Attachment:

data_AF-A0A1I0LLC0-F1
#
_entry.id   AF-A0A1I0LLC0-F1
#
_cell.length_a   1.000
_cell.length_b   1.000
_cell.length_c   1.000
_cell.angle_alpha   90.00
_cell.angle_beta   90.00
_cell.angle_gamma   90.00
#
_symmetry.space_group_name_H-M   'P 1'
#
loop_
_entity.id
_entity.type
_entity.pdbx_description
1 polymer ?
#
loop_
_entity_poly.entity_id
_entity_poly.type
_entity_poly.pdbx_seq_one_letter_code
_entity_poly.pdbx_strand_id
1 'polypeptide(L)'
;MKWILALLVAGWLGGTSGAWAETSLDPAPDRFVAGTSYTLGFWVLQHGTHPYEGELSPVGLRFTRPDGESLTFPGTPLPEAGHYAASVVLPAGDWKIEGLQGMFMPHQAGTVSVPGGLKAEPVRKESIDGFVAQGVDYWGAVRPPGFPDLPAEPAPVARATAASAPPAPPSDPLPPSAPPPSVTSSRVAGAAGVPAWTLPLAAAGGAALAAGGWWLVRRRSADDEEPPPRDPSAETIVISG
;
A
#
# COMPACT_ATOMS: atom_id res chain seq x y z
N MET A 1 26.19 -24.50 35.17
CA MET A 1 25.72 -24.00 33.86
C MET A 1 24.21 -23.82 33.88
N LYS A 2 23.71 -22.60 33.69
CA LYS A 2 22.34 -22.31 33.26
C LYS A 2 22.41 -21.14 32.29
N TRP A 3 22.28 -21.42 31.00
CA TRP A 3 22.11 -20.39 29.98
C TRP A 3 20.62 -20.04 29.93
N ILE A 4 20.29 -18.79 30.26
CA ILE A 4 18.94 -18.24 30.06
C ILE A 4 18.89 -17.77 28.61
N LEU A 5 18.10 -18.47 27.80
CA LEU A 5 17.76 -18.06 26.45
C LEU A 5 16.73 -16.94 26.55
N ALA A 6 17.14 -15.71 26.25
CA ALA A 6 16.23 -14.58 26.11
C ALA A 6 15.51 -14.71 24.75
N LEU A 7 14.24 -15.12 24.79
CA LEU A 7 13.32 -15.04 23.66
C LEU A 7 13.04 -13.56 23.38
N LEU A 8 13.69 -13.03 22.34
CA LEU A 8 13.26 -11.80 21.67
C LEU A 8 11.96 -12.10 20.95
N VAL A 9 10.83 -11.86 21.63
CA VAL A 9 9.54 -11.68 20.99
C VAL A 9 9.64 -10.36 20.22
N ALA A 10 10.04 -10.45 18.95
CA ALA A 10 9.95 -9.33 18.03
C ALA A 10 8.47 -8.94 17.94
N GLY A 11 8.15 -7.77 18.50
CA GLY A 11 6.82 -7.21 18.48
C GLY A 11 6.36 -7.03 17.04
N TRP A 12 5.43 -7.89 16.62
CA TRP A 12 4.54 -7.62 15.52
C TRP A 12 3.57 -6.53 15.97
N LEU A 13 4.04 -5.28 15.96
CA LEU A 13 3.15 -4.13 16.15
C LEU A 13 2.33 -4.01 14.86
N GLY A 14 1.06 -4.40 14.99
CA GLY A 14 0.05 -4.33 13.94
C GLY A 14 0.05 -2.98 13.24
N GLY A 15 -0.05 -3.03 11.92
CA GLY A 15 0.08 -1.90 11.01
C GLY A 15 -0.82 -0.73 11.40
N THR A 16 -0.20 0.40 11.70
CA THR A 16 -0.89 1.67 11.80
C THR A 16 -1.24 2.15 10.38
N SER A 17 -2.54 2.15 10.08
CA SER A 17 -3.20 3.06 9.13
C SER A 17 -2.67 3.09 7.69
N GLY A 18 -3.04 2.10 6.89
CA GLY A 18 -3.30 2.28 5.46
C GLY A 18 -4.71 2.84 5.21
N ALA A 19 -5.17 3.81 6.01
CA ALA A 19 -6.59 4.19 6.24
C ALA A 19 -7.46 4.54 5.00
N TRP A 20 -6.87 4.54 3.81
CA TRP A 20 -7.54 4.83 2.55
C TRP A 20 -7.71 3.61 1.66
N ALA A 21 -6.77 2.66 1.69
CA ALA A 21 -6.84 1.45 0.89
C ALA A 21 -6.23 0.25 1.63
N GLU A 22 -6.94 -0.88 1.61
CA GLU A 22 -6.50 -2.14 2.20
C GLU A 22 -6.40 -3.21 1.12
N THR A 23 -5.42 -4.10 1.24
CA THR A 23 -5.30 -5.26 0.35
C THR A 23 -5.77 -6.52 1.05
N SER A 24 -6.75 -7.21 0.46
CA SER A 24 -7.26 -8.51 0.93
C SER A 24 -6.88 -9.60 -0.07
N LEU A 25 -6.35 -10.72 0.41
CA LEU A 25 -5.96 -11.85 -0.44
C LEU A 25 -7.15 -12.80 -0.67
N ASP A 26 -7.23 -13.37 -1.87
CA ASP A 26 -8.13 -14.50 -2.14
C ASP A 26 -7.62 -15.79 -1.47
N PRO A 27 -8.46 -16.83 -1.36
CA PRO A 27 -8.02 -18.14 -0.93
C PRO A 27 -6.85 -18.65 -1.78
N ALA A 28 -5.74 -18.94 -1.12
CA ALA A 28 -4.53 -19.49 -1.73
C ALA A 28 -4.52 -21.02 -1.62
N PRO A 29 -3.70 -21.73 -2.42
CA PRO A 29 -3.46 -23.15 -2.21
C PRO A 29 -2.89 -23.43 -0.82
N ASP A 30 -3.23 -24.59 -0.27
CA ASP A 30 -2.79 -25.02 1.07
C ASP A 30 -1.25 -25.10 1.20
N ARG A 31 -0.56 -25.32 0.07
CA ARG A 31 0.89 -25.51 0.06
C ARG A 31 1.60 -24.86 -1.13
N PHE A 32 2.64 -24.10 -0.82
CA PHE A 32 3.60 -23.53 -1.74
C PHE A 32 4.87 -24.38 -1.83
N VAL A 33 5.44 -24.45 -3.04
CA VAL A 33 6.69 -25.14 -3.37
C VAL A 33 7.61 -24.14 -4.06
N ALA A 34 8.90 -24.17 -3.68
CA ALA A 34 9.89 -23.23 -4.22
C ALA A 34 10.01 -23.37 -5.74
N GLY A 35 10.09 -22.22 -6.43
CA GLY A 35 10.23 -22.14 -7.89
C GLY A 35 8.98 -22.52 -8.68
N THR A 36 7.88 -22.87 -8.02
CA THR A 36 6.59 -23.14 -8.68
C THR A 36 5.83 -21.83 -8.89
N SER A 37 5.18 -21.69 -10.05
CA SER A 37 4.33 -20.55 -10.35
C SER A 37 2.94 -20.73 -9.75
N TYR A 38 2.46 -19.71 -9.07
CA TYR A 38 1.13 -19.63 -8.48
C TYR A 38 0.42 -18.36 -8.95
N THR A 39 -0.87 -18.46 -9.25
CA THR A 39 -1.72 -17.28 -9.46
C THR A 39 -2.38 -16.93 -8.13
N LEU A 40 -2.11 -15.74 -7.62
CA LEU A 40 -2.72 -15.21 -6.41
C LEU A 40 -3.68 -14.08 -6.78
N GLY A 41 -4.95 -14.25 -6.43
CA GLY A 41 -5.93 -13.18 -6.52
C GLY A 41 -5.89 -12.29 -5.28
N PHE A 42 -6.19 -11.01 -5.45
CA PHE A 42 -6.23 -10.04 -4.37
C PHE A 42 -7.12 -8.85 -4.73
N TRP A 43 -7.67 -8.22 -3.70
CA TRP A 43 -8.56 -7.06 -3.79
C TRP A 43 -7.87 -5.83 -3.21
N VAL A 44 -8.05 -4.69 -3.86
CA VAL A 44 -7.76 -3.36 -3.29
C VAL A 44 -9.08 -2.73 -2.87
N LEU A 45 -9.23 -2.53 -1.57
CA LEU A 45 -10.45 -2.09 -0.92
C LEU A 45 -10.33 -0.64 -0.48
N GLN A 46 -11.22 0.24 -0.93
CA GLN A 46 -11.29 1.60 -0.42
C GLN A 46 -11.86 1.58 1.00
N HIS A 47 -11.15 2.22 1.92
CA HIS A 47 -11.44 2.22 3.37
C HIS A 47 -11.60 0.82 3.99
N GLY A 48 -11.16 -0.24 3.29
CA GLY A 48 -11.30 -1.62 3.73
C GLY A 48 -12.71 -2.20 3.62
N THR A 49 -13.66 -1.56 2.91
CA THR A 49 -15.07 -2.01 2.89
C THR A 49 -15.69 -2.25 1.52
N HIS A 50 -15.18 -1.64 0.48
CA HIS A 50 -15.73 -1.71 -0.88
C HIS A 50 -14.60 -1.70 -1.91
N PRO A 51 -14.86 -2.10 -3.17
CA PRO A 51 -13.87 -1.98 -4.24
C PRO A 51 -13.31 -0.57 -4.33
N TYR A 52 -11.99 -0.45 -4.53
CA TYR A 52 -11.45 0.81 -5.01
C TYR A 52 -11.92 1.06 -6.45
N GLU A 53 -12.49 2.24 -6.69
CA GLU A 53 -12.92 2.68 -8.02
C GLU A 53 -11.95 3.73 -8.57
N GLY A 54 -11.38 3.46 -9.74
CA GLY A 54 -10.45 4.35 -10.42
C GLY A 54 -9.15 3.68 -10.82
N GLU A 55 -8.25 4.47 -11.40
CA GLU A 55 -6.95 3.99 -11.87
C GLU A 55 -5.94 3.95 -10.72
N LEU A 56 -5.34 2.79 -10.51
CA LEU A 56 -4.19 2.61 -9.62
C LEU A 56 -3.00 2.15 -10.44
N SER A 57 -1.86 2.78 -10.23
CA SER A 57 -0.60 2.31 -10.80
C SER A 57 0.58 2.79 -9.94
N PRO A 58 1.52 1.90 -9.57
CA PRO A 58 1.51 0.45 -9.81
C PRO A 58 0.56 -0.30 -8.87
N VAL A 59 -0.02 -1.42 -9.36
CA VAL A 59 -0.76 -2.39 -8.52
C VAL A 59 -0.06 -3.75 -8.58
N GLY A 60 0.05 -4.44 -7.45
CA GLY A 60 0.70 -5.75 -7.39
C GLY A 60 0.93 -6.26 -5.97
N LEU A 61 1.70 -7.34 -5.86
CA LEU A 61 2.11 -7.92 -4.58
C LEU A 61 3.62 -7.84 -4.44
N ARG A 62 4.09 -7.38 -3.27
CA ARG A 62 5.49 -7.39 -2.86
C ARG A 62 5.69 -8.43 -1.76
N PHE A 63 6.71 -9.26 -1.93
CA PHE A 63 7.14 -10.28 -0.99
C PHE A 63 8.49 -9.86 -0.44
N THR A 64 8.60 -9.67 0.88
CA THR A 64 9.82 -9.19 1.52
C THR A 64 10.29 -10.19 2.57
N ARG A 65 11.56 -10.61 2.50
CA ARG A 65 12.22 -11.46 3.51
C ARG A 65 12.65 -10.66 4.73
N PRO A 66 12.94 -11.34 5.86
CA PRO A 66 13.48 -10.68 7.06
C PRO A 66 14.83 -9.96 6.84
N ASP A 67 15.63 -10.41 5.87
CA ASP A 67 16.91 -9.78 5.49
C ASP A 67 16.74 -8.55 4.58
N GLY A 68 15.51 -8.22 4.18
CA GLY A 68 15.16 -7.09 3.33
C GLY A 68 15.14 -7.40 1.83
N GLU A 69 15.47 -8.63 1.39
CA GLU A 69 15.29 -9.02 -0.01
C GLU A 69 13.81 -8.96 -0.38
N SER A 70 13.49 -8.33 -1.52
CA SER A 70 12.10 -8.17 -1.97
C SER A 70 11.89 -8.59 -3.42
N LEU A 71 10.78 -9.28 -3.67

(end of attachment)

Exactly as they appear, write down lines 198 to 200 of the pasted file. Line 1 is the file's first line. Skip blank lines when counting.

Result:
C LEU A 56 -3.00 2.15 -10.44
N SER A 57 -1.86 2.78 -10.23
CA SER A 57 -0.60 2.31 -10.80